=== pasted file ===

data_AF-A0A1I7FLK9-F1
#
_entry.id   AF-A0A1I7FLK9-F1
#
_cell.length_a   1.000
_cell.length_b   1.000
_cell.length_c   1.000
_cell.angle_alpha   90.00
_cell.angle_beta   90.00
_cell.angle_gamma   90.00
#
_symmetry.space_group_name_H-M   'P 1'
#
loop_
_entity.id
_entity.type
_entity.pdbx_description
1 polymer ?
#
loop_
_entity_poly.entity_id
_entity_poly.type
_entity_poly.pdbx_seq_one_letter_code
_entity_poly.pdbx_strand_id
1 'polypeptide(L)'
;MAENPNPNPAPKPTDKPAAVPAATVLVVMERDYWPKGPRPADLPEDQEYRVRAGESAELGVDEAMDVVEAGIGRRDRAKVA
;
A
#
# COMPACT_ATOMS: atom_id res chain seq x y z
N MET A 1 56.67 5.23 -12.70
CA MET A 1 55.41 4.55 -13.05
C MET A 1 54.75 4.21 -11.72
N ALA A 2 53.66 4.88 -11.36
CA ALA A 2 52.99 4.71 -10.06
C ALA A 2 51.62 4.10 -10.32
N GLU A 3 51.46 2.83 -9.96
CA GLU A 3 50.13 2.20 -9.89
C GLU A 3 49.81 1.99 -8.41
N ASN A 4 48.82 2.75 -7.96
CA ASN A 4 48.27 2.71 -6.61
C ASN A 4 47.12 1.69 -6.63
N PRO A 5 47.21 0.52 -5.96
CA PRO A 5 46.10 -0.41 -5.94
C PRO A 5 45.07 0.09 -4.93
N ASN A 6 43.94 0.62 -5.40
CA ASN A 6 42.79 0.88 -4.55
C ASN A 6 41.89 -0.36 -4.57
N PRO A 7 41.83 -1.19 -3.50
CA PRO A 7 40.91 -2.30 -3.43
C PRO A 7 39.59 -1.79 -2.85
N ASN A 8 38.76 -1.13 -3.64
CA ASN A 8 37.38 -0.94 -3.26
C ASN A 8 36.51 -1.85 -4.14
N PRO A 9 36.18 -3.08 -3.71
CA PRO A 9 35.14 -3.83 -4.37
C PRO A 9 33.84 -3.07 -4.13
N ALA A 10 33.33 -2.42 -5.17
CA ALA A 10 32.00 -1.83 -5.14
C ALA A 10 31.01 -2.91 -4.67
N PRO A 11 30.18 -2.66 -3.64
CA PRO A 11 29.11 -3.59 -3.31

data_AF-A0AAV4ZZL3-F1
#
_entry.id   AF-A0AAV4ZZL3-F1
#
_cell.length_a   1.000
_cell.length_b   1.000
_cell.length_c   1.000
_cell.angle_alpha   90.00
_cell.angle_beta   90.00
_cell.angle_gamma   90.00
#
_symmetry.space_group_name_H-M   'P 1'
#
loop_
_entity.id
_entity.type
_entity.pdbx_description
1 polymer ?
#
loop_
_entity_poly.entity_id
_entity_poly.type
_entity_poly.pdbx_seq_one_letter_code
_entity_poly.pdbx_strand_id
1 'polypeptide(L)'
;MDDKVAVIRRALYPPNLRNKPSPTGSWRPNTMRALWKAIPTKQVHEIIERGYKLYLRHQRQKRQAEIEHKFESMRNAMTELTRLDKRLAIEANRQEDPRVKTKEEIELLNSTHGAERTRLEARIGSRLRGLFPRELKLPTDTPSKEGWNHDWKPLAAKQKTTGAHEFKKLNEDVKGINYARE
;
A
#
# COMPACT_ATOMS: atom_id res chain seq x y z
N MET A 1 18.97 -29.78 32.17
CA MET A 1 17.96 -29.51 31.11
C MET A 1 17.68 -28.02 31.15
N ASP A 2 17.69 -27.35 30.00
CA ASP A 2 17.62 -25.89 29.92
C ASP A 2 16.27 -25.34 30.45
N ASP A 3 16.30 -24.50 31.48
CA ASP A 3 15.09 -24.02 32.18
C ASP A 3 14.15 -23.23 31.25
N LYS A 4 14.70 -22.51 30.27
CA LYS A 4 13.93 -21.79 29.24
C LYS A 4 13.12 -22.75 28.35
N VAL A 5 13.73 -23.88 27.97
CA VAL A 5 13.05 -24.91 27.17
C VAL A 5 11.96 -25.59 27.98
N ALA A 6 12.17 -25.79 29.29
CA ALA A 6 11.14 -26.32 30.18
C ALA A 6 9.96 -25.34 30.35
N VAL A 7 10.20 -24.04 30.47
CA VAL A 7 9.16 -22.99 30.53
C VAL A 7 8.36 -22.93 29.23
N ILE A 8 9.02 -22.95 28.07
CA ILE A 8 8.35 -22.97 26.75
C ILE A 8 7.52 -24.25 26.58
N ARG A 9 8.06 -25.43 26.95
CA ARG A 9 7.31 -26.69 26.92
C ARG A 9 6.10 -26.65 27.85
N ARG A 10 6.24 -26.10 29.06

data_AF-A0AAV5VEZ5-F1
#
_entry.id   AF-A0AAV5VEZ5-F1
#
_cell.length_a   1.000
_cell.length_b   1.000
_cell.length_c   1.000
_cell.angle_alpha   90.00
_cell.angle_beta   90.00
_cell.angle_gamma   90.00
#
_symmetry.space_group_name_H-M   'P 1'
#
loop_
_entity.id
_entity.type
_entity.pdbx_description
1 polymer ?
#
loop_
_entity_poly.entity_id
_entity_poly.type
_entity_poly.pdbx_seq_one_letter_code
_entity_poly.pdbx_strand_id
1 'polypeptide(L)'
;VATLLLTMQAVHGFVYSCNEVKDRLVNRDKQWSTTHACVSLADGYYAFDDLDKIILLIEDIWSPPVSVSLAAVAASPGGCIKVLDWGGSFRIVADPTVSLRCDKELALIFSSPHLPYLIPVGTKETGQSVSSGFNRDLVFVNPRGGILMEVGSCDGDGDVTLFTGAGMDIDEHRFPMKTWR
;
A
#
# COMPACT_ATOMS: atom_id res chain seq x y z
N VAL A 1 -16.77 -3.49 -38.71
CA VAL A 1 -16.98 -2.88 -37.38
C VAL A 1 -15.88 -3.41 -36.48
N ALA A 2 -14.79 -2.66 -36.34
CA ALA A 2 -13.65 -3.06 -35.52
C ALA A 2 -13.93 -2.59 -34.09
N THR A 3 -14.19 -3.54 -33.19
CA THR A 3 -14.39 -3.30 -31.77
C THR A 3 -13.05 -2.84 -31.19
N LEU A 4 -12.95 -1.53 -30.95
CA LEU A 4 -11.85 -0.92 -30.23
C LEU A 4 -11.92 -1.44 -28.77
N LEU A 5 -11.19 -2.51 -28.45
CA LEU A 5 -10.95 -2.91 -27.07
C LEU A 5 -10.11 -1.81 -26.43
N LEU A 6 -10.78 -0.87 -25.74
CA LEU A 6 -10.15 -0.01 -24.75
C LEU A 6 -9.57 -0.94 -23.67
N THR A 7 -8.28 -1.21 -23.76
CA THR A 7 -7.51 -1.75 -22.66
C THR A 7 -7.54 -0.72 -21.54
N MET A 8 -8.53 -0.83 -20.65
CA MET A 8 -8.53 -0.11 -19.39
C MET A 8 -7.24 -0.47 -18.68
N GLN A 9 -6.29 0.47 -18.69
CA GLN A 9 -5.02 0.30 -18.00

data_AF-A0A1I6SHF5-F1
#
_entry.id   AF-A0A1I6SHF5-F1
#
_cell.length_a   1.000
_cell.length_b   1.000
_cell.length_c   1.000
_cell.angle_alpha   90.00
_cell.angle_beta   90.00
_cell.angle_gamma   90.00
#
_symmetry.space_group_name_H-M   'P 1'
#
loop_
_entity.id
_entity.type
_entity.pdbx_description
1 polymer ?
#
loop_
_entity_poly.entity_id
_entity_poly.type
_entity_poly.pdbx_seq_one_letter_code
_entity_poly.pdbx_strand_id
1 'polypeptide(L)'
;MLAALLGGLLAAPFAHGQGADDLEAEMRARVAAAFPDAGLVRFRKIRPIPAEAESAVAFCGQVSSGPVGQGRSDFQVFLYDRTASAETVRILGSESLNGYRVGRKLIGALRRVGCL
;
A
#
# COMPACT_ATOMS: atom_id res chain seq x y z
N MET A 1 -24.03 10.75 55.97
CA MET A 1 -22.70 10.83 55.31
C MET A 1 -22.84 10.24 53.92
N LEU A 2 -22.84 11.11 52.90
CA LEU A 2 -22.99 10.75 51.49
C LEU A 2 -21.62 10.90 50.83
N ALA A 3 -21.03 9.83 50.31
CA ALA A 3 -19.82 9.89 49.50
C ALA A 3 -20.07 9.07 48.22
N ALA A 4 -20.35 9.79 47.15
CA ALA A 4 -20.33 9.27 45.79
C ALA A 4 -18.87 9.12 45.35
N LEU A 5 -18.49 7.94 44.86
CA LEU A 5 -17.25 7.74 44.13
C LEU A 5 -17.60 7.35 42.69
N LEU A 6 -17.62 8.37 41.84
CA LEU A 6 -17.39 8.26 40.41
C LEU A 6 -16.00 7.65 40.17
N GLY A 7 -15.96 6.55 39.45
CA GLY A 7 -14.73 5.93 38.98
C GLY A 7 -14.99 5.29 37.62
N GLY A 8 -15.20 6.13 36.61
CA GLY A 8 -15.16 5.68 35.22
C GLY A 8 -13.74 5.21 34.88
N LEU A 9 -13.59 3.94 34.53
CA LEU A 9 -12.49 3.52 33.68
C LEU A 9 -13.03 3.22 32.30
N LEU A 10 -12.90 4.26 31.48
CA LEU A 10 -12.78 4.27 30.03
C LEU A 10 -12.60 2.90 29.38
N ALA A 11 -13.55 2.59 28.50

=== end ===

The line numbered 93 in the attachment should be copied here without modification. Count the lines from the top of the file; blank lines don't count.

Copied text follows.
N MET A 1 18.97 -29.78 32.17